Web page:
“Whenever you enter a house, stay there until you leave the place.”  Be fully present to that place and those people. No seeking for higher class accommodations.  Doing that would plant unclean spirits.

“And then if they don’t welcome you or listen to you, as you leave, shake the dust off your feet as a witness against them.”  Isn’t that terrible that you would shake the dust off your feet in witness against them! Actually, what could do them less harm than shaking off dust?  No grudge, no vengeance, no retribution, you let it go like dust off your feet.  Your “witness against them” is non-violent and does no harm to either you or them.  It is a witness of peace even toward those who reject you.  In this way your spirit remains pure and non-toxic so that you can continue to participate in casting out unclean spirits in communities that are full of them.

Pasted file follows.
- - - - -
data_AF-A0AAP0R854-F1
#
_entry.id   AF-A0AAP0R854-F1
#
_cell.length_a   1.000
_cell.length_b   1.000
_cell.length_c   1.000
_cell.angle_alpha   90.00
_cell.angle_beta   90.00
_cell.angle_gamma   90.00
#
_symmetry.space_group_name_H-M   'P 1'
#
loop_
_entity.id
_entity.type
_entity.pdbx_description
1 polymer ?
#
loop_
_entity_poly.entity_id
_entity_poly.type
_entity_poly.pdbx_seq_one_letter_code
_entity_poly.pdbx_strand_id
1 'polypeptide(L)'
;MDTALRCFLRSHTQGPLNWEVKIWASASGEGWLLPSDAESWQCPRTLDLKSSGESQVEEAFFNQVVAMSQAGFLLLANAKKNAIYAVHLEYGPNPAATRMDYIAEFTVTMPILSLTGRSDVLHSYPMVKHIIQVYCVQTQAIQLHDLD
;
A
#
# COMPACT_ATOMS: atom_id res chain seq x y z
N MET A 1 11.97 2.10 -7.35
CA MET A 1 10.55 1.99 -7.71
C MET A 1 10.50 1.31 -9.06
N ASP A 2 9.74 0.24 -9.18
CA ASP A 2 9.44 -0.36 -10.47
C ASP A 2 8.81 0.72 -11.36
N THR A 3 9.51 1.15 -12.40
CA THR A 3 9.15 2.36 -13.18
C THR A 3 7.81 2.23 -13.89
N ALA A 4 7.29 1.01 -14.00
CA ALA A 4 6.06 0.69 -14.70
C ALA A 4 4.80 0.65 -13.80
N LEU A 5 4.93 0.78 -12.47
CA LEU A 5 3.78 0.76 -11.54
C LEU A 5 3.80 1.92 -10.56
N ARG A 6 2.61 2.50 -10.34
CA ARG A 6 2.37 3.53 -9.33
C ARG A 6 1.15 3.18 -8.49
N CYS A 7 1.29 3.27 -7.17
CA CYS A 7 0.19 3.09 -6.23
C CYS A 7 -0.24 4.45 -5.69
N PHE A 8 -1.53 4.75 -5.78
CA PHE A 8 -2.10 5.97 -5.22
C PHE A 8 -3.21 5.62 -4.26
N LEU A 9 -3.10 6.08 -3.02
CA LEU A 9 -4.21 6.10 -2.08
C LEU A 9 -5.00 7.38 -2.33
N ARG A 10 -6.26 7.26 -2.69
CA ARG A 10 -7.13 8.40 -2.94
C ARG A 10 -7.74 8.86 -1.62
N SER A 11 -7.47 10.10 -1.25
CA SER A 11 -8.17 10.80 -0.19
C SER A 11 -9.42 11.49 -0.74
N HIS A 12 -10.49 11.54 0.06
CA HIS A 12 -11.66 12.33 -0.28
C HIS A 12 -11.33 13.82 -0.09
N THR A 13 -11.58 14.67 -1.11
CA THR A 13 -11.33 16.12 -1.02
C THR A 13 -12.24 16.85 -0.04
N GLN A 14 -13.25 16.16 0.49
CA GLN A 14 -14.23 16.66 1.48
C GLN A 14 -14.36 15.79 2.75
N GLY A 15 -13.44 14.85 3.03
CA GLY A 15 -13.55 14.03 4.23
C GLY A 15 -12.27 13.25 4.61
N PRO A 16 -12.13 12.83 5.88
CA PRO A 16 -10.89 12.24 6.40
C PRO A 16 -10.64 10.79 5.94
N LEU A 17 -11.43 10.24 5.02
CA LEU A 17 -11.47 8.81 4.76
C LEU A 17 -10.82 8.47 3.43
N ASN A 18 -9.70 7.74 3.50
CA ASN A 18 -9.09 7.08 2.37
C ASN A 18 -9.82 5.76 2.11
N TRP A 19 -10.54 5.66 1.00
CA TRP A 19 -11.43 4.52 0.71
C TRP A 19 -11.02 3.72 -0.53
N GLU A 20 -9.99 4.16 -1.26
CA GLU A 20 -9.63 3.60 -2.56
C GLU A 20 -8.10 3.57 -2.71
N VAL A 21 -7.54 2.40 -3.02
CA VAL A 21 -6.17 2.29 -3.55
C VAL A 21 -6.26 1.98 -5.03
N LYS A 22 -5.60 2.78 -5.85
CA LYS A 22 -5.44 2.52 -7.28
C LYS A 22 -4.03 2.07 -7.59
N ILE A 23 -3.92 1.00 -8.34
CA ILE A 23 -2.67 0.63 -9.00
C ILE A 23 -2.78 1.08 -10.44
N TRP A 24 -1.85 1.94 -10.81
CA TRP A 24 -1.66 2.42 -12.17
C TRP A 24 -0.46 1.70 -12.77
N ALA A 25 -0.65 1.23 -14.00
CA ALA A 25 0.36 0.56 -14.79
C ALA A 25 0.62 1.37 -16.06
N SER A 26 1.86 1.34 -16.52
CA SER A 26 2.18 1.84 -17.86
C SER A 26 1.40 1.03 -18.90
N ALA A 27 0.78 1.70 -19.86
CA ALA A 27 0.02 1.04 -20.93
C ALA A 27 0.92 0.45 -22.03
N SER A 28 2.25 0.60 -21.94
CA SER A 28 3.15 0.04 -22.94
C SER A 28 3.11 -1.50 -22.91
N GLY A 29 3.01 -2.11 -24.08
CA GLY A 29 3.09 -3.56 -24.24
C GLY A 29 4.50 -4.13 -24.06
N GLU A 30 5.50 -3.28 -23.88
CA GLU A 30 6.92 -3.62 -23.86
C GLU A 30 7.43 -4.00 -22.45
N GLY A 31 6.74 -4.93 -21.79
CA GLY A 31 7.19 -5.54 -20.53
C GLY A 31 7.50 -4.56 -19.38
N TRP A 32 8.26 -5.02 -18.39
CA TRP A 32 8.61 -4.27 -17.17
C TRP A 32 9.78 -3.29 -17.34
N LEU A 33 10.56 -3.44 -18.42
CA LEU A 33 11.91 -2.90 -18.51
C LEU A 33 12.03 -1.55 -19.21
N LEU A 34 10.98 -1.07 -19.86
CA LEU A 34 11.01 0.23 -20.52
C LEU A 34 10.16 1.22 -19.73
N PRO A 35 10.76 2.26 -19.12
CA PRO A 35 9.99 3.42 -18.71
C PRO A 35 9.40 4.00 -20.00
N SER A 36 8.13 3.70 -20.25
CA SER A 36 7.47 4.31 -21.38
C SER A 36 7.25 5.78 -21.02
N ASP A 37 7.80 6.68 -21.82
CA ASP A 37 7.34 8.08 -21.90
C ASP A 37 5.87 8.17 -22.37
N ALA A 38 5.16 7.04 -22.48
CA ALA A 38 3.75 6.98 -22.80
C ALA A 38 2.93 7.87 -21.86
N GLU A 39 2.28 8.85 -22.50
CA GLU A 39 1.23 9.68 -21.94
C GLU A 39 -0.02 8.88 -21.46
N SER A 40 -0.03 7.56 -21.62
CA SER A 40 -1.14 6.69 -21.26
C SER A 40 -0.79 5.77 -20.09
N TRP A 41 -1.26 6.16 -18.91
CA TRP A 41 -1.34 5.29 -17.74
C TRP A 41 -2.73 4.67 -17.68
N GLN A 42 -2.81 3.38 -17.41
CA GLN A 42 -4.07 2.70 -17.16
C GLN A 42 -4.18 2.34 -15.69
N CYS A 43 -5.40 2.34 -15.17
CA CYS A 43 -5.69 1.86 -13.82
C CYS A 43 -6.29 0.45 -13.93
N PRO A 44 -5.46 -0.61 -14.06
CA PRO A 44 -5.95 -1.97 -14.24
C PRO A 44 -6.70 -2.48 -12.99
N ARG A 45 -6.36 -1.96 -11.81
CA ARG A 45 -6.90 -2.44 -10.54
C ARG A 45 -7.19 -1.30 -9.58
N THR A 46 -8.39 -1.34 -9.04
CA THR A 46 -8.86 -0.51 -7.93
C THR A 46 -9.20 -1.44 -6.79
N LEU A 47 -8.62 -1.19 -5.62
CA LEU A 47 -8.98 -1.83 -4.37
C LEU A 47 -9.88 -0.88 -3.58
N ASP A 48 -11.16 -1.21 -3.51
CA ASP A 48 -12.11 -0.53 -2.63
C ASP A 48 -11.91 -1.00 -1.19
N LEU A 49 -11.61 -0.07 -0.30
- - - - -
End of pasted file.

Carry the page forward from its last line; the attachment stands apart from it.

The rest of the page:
“So they went out and proclaimed that all should repent.  They cast out many demons, and anointed with oil many who were sick and cured them.” To repent is to realize that their old way of living doesn’t work anymore and they want to embrace a new way.  We are so blessed because Jesus has shown us this new way.  It is a new way and many in the church world-wide would be astounded if they heard the gospel afresh and not filtered through layers of Christian history and contradictory interpretation.  We have been blessed!  Amen.

"1. I know, right? ^_^2. Oh, yes, please do! :D"